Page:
Chris: it went to Quinn first. Uh, so I laid down some guitars myself, uh, in my home studio. Uh, I was using my universal audio twin. I've got a solo twin. Uh, I plugged straight in. I'm pretty sure I used the, the fender 55 deluxe plug in. Uh, super awesome. I had it at the time. I don't have it anymore. Sadly. however, it's a great plugin. you can get it to sound pretty great. Uh, I used my Stelli, you know, the, the strap and tele guitar. That's kind of mixed together, super weird guitar, but it sounds great. Uh, And I laid down some initial kind of just chords, very like you know, uh, two string kind of chimey stuff. just to kind of set, um, a mood, uh, I put in a couple solos as well. in the first course that's me. Uh, and then I sent it off to Quinn and I'm pretty sure Quinn sent me back 16 or actually, I guess, eight stereo tracks. So 16 files altogether, just, you know, here's what I tried. Here's some fun stuff. Here's what I came up with. And I think I actually sent him back some notes. saying like, you know, in this part, can you give me a little bit of more of like a progression where you're playing, you know, all the time, like kind of like eighth notes or 16th notes, right. just to kind of build up this part and he came back with it or he, maybe I told him that initially as well, and, basically he just came back with everything I asked for, you know, gimme a big solo at the end. don't stop playing, just keep building it. and it sounded awesome. You know, his recording at home is wonderful. I always suggest him to, people. If you're looking for someone for a guitar player, who's remote too.
Malcom: Yeah. Yeah. And he, he actually just like sent us, like finished tones, essentially. Um, like they, they were like printed with facts and stuff. yeah, sounded really great. And then Nate came in and Nate is like, I don't know, he's in my top three favorite guitarist period. He's so heavy. He's to say I got tone hands. Um, then he is like a total riff monster. Um, He's so good. So good. And, uh, yeah, let's talk about bringing nate into
Chris: yeah, So I wanted Nate on this track cause I knew he would bring a lot to it. And actually I think I went against everything that Nate believed at this point. I plugged him straight from his pedal board right into my Apollo.
Right. And yeah, no amp. And he is like, I need an amp. I need to hear it. And he sat right beside me in my home studio at the time. and I plugged him right in. I said, turn on any fuzz P you want, I don't care what it. is. And it sounded so good coming through my monitors that I think I kind of, convinced him that Hey, maybe you don't need to stand right beside your amp in the room with headphones on, you know, you could do it right here. It sounds great. And I still think he cringes a little bit about that every now and then.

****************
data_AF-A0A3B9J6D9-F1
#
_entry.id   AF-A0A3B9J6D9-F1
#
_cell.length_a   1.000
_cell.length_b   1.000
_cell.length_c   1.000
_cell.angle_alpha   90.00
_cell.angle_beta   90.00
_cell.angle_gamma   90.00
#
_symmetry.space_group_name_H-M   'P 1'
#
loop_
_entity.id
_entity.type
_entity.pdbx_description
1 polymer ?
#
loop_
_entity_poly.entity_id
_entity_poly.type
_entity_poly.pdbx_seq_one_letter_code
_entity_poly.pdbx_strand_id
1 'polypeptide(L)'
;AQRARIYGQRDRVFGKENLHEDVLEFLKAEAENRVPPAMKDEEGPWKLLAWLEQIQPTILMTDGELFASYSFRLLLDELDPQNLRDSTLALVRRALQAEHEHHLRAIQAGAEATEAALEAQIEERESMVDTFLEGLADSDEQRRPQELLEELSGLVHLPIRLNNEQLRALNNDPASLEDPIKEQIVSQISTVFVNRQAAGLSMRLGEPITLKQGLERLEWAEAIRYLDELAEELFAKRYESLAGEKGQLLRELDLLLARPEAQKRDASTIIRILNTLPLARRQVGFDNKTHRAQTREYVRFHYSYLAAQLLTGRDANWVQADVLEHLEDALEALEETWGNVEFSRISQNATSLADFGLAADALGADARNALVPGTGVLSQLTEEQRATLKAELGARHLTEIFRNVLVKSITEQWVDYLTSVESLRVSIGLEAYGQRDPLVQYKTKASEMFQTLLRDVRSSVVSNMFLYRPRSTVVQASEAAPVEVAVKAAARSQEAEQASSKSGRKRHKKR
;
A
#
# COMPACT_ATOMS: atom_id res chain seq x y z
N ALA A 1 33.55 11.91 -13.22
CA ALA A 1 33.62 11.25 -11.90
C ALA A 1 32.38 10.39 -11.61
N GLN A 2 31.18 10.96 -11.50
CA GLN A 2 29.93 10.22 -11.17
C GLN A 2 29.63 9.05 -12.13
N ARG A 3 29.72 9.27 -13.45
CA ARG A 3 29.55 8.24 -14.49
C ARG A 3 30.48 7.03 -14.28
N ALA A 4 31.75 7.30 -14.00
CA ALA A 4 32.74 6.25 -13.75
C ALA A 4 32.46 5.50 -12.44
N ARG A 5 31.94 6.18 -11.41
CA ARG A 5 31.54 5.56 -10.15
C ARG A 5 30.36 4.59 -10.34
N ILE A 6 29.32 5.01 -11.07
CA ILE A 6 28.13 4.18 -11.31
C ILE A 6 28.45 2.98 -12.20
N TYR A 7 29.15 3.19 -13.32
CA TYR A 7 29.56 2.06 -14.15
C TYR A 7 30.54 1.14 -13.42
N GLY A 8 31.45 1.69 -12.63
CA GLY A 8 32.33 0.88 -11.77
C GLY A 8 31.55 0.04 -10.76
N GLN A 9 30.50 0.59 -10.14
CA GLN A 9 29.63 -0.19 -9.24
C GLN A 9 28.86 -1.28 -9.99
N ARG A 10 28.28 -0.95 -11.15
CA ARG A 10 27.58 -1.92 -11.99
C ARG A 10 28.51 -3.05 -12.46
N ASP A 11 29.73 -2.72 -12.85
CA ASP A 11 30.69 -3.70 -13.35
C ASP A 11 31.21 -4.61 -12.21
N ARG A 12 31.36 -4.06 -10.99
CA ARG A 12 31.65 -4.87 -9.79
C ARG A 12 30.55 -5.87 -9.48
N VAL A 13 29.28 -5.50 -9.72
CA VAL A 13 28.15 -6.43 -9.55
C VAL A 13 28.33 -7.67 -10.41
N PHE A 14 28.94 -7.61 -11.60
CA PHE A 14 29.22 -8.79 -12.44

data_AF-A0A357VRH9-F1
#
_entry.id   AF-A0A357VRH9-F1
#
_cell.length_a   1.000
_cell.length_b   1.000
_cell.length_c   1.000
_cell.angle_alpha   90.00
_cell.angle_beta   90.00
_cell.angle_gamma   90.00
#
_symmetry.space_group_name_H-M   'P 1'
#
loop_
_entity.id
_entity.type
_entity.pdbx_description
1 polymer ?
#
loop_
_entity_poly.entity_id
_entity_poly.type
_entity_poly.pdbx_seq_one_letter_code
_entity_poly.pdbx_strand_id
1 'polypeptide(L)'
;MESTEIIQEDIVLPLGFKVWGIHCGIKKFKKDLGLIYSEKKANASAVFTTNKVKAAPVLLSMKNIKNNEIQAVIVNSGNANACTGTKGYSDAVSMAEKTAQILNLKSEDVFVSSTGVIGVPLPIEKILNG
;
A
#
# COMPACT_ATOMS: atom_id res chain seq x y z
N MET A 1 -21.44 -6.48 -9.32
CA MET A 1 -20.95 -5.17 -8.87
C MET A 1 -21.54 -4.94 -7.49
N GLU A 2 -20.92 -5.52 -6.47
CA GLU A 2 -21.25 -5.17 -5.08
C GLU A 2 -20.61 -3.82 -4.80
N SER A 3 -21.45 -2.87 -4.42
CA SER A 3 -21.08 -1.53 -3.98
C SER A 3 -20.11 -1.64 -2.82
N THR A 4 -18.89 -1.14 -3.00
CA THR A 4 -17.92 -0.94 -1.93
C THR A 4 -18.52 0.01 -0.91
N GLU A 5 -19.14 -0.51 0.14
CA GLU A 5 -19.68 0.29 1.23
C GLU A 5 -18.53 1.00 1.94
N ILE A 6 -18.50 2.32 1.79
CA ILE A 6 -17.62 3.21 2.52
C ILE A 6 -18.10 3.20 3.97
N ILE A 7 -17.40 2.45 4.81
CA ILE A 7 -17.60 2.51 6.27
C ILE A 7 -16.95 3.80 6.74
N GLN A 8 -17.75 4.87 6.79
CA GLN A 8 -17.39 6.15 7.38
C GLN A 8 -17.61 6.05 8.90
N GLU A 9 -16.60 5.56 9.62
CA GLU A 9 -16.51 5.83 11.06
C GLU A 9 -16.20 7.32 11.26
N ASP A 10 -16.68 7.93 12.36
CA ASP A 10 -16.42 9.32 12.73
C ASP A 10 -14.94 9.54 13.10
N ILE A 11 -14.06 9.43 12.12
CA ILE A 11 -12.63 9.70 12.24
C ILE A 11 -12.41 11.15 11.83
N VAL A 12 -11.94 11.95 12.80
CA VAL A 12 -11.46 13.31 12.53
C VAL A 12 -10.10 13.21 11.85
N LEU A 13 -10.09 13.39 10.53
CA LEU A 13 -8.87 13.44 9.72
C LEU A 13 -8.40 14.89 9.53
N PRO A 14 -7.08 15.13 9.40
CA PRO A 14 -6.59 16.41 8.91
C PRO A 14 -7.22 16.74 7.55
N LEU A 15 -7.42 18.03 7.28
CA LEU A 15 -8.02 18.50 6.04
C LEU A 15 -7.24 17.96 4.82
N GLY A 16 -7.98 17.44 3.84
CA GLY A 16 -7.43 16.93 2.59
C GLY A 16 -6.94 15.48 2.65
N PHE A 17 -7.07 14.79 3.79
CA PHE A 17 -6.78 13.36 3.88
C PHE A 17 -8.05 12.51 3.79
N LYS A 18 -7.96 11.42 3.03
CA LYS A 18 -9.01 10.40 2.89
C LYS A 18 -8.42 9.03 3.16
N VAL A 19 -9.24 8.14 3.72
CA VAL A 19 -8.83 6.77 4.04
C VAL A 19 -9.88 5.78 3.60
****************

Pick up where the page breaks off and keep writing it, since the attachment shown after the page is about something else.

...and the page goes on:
Malcom: Well, I'm pretty sure, I think it's black dog, which everybody fricking knows that song and that riff. Um, I think that was like a distorted preempt, like, right into a Neve or something. Yeah. Um, that's a legend anyways. So like, yeah, that's totally a thing. Um, yeah, I mean, preempts are kind of just really basic amps
Chris: Yeah. and. you know, nate's tone on it. I, thought sounded so good. I thought it fit really well. Uh, it wasn't super muddy. It was super clean doing his Octa riffs. And I think together, we came up with that main riff, you know, the D Don do, uh, and once he played it I was like, cool. Let's layer that on everywhere. And yeah, he basically came over super open minded, which everyone on this track was uh, he gave his own flavor to it too. you know, being nate, we tried out a bunch of different fuzz pedals. I'm pretty sure we landed on his like original germanium, big Muff. Uh, that was one of the, the tones, uh, as well as he had a, oh, I wanna say that it's like a, it's an old amplifier preamp. that he has as a pedal, like basically the circuitry from an old kind of like old style amp. And we used that right before we sent it into the Apollo and, you know, mono straight into the guitar Jack. Yeah. and it sounded awesome.
Malcom: It Is awesome. Like it's super awesome. And again, I, I really think he would sound awesome. No matter what you gave him, he's just got the
Chris: absolutely. He's got tone fingers. Like some of the
Malcom: does. Um, yeah. So Nate plays for sleep shake. You gotta check them out if you haven't already, I can't say enough. Good stuff about that band. Um, so, good. alright. And then, yeah. And then you had done tracks as well. So what were you, did you do yours first or did you add them later?
Chris: I think I did mine first initially. Right. And so it kind of was like Hey, you know, here's what I've
done. Um, I did not spend a lot of time on my guitar tracks. I think I've maybe played them maybe twice, three times. I'm kind of the guy where I was like, cool, this is the demo still. Well, it sounds good enough. And then I think I sent it to Malcolm. I was like, I don't know. I think I might need to redo these. And Malcolm always tells me, he goes, no, these are great. Let's just leave it. I was like, I okay, sure. Fine. I don't care. but initially, yeah, I think I did mine first and then Quinn and then Nate.